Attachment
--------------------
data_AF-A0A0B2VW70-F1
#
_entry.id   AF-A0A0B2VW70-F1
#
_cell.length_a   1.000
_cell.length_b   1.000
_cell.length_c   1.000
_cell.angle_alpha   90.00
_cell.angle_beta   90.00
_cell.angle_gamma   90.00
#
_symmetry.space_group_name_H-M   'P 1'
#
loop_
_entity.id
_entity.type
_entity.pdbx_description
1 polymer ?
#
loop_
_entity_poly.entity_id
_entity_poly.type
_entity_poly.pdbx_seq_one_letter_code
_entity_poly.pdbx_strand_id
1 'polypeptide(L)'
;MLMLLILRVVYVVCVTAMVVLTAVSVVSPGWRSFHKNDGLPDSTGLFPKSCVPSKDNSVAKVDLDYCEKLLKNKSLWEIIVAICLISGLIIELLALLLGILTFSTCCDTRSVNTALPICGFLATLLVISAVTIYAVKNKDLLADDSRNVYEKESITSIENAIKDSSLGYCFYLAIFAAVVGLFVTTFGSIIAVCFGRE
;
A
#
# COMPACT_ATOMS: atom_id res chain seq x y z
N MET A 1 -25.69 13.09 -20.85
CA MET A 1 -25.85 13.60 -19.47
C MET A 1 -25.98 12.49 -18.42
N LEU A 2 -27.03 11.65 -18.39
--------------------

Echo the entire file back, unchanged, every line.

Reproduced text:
data_AF-A0A0B2VW70-F1
#
_entry.id   AF-A0A0B2VW70-F1
#
_cell.length_a   1.000
_cell.length_b   1.000
_cell.length_c   1.000
_cell.angle_alpha   90.00
_cell.angle_beta   90.00
_cell.angle_gamma   90.00
#
_symmetry.space_group_name_H-M   'P 1'
#
loop_
_entity.id
_entity.type
_entity.pdbx_description
1 polymer ?
#
loop_
_entity_poly.entity_id
_entity_poly.type
_entity_poly.pdbx_seq_one_letter_code
_entity_poly.pdbx_strand_id
1 'polypeptide(L)'
;MLMLLILRVVYVVCVTAMVVLTAVSVVSPGWRSFHKNDGLPDSTGLFPKSCVPSKDNSVAKVDLDYCEKLLKNKSLWEIIVAICLISGLIIELLALLLGILTFSTCCDTRSVNTALPICGFLATLLVISAVTIYAVKNKDLLADDSRNVYEKESITSIENAIKDSSLGYCFYLAIFAAVVGLFVTTFGSIIAVCFGRE
;
A
#
# COMPACT_ATOMS: atom_id res chain seq x y z
N MET A 1 -25.69 13.09 -20.85
CA MET A 1 -25.85 13.60 -19.47
C MET A 1 -25.98 12.49 -18.42
N LEU A 2 -27.03 11.65 -18.39